Effect of Extrapyramidal Signs and Lewy Bodies on Survival in Patients With Alzheimer Disease | Dementia and Cognitive Impairment | JAMA Neurology | JAMA Network
[Skip to Navigation]
Access to paid content on this site is currently suspended due to excessive activity being detected from your IP address 34.204.186.91. Please contact the publisher to request reinstatement.
Original Contribution
April 2002

Effect of Extrapyramidal Signs and Lewy Bodies on Survival in Patients With Alzheimer Disease

Author Affiliations

From the Department of Epidemiology, University of Michigan, School of Public Health, Ann Arbor (Dr Haan); the Department of Neurology, University of California, School of Medicine, Davis (Dr Jagust) and San Diego (Dr Galasko); and the Department of Neurology, Oregon Health Sciences University, and Portland Veterans Affairs Medical Center, Portland (Dr Kaye).

Arch Neurol. 2002;59(4):588-593. doi:10.1001/archneur.59.4.588
Abstract

Background  Patients with Alzheimer disease (AD) who have psychiatric and parkinsonian symptoms experience faster cognitive deterioration and shorter survival vs those without such disease features. Extrapyramidal signs (EPSs) in particular have been associated with the presence of Lewy bodies (LBs) on autopsy and with poorer survival in patients with AD. Lewy bodies found at autopsy are not always correlated with EPSs during late life.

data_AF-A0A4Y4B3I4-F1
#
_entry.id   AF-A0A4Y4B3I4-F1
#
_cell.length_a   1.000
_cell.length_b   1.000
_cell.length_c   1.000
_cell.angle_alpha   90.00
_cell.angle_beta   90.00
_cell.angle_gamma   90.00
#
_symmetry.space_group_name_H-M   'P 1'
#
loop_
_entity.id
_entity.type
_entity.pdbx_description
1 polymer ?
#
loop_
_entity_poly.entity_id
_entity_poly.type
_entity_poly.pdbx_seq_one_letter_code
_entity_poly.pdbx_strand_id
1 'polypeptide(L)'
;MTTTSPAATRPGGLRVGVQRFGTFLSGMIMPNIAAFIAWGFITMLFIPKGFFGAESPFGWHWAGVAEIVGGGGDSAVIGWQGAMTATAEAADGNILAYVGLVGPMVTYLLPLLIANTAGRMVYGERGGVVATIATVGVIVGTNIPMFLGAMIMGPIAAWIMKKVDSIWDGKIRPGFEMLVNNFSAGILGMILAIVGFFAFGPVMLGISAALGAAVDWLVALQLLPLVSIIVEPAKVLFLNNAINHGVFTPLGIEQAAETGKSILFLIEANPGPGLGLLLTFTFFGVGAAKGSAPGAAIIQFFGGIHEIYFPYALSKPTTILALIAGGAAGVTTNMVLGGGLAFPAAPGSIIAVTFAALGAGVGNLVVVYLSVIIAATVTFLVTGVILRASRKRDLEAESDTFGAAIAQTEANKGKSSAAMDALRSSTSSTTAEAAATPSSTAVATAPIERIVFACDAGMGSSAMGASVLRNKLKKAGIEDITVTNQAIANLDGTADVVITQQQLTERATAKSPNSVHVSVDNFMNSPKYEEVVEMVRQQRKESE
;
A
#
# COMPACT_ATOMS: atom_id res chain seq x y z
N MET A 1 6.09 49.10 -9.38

Objective  To determine whether the association between LBs and age at death is modified by the presence of EPSs, hallucinations, or delusions.

Design  An autopsy series of patients with clinically diagnosed AD.

Settings  Three AD clinics (San Diego and Sacramento, Calif, and Portland, Ore).

Patients  Data on 379 patients with a clinical diagnosis of AD who were initially assessed between May 1, 1984, and August 1, 1996, and who were autopsied between January 1, 1990, and April 1, 1998, were pooled from 3 AD centers.

Main Outcome Measures  Presence of LBs on autopsy and differences in age at death in those with EPSs, LBs, or both.

Results  Individuals with EPSs at initial assessment were more than 3 times as likely to have LBs at autopsy than were those without EPSs. Age at death was younger in those with LBs and EPSs than in those with LBs only and those without EPSs or LBs.

Conclusions  The presence of EPSs in patients with AD indicates worse prognosis and may be related to underlying LBs. The presence of EPSs is a strong predictor of LBs.

×